Advancing Musculoskeletal Health through Innovative Research

The UAMS Department of Orthopaedic Surgery is committed to advancing musculoskeletal health through interdisciplinary and collaborative basic, translational, and clinical research programs that aim to expand scientific knowledge and propel the development of new and better ways to get our patients better and back to life faster.

Advances in 3D printing, biomechanics, and other technology allow us to gain new knowledge about bone and joint disorders and investigate new treatments for conditions that affect the musculoskeletal system.  Our research scientists leverage the clinical expertise afforded by a multidisciplinary faculty, fostering a collaborative environment that extends the scope of orthopaedic research. Working together, they are able expand the body of scientific knowledge needed to address the complex nature of bone and joint conditions and injuries. Some of our focus areas of research include:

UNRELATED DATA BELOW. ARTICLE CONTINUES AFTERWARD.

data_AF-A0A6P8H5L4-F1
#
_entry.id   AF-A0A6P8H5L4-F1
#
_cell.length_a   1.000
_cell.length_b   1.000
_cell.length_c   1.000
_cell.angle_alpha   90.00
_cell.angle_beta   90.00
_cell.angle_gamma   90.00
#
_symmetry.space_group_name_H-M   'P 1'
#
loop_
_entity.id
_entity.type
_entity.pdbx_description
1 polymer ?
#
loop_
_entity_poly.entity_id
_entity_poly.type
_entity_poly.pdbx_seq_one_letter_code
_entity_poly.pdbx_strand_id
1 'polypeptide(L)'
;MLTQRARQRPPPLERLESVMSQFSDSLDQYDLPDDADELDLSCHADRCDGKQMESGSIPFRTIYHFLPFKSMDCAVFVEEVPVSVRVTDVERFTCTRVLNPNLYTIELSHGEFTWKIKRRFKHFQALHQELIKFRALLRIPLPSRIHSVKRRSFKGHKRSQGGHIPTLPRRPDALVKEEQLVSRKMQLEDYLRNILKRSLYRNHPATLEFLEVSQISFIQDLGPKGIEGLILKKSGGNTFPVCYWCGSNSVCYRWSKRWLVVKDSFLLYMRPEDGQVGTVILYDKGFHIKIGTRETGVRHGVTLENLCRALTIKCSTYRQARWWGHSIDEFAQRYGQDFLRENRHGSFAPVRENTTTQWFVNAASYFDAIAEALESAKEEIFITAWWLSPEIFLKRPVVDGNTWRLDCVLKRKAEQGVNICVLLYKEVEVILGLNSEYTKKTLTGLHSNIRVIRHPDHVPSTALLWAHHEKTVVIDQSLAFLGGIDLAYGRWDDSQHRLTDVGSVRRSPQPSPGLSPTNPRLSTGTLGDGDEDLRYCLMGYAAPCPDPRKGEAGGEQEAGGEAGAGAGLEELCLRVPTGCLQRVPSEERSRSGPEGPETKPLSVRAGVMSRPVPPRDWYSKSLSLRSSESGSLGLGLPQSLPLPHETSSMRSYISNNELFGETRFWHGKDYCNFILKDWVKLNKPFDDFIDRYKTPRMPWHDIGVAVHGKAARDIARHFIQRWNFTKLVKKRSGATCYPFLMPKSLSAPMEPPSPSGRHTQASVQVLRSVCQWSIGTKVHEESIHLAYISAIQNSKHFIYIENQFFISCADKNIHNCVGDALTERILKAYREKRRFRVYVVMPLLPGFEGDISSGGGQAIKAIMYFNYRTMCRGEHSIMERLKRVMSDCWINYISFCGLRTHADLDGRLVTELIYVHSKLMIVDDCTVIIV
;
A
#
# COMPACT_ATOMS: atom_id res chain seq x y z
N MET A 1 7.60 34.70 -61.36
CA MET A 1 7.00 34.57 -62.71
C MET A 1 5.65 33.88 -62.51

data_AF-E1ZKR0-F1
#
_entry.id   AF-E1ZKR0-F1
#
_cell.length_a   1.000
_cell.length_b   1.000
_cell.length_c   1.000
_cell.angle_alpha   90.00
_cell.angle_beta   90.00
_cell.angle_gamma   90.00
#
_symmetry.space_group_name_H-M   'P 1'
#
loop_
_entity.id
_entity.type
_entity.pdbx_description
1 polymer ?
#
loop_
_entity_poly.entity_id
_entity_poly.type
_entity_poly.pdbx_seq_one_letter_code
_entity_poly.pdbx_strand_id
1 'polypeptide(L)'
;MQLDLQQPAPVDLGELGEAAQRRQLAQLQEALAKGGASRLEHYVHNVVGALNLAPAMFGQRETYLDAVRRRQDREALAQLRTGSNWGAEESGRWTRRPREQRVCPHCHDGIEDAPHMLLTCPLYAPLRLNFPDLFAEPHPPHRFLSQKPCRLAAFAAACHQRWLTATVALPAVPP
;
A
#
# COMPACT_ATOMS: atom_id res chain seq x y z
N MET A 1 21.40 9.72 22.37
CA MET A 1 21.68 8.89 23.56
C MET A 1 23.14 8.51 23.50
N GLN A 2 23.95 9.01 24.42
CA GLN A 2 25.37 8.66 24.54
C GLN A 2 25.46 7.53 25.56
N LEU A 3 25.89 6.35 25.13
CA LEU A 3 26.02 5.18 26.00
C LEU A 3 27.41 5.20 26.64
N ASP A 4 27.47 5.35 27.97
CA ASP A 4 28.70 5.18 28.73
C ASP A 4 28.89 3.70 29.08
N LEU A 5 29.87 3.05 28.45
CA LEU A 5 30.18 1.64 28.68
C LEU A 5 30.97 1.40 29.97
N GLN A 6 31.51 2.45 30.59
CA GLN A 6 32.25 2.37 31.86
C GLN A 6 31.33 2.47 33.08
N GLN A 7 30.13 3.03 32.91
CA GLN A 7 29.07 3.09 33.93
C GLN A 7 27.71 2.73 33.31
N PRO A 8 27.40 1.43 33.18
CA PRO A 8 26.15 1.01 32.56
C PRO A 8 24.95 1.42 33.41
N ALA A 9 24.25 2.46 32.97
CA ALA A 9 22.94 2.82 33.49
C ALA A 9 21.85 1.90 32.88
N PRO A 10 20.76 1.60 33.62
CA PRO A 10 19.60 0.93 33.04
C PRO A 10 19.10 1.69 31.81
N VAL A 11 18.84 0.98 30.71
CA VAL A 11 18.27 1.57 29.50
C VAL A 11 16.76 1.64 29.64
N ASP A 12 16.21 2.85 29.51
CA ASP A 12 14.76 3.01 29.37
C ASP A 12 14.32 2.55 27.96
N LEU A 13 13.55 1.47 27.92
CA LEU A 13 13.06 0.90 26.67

• Biomechanics of the spine and implant burden
  • Bone health and physical activity
  • Customized 3D printing
  • Joint biomechanics
  • Artificial joint surface modification
  • Bone remodeling

 

Neuro-Ortho-Hand

Delivering Innovation for Impact

UAMS Surgeons Implant Innovative Device Developed by I3R Researchers to Restore Sense of Touch after Amputation

The first Arkansan and only second person in the world has received an innovative prosthetic hand, developed by researchers at the Institute for Integrative and Innovative Research (I³R), that restores a meaningful sense of touch and grip force following surgery at the University of Arkansas for Medical Sciences (UAMS).

 

osteoporosis

Musculoskeletal Research Hub

This research initiative aims to leverage the expertise of internationally recognized research groups in the departments of Orthopaedic Surgery, Physiology and Cell Biology, Endocrinology, and the Cancer Institute at UAMS and its partners at the Central Arkansas Veterans Healthcare System (CAVHS), University of Arkansas in Fayetteville, and the Arkansas Children Nutrition Center (ACNC) at Arkansas Children’s to expand work in bone diseases, abnormalities, and cancers that negatively impact the skeleton. The major focus of these efforts include bone and cancer; bone pathophysiology; and regulation of bone and muscle over the lifespan by nutrition and physical activity.

 

 


 

 

 

Research News

Check out the latest faculty publications from PubMed